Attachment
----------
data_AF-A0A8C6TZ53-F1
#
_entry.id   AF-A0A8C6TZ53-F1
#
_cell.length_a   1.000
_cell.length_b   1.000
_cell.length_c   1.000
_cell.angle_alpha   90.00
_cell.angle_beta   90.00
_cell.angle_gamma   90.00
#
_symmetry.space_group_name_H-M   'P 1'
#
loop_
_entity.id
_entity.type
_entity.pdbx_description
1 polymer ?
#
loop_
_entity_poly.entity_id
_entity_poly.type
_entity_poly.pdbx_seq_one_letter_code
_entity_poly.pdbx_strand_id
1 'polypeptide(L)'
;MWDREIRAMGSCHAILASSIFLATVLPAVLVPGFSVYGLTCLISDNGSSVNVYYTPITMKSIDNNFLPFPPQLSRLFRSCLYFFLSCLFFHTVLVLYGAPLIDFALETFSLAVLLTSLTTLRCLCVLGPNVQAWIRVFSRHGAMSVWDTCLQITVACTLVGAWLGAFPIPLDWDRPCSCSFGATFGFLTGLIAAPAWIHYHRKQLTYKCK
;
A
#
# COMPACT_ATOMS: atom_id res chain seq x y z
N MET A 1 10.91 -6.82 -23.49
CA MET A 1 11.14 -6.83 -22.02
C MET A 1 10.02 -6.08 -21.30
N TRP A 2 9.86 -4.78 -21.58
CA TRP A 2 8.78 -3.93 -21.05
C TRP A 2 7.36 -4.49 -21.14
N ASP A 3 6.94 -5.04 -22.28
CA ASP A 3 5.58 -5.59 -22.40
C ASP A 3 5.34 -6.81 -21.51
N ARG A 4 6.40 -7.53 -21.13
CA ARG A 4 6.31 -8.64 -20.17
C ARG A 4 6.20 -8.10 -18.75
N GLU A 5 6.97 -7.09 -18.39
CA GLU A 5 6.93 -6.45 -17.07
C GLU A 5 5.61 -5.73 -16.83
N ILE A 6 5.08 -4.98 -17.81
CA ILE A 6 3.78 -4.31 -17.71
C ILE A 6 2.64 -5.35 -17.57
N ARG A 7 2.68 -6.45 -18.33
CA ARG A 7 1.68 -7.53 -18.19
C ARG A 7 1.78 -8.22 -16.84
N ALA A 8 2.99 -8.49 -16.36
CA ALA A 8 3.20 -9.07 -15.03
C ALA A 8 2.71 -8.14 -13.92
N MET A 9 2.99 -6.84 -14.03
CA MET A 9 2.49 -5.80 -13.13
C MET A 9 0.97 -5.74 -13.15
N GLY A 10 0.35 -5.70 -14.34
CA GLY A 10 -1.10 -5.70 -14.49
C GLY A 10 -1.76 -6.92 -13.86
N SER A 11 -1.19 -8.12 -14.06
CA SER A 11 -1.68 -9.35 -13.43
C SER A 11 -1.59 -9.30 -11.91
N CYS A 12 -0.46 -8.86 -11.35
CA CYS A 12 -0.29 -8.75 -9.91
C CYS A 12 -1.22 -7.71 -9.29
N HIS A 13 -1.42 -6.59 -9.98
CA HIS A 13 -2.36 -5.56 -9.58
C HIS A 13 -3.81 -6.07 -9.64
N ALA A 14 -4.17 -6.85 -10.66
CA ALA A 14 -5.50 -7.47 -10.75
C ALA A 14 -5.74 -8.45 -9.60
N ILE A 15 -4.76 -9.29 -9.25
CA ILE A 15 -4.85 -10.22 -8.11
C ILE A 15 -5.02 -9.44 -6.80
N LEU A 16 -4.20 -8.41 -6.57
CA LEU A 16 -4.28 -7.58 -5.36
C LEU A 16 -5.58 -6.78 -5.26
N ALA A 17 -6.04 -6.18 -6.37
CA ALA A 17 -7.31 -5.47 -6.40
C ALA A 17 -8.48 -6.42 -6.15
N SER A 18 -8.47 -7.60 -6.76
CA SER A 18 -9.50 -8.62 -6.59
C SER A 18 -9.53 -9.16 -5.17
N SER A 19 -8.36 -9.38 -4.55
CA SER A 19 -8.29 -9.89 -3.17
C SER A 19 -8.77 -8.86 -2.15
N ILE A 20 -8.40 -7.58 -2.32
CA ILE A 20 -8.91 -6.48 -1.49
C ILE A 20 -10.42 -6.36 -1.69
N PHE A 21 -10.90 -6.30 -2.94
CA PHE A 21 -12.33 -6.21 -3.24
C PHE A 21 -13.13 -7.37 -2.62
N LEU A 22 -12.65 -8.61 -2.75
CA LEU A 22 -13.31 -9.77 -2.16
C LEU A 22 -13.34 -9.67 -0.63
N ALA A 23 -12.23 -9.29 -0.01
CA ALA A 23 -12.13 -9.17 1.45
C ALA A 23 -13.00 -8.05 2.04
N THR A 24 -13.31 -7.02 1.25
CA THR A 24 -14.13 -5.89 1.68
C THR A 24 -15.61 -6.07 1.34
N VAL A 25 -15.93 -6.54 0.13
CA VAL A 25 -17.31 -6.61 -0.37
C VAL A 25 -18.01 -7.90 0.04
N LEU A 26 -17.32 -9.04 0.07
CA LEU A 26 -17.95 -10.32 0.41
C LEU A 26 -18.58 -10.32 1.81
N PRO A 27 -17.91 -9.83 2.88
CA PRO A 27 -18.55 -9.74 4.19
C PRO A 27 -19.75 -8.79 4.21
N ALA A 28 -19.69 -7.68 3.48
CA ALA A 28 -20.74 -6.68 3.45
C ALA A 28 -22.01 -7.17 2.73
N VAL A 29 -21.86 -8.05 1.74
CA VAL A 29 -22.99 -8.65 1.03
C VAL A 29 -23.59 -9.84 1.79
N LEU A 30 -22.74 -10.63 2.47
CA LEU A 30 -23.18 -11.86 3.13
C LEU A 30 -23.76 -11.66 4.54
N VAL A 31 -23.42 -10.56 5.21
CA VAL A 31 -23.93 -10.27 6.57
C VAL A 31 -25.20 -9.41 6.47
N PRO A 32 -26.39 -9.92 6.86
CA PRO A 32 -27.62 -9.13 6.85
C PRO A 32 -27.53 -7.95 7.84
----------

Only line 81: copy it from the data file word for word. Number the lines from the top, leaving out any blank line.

C ALA A 17 -8.48 -6.42 -6.15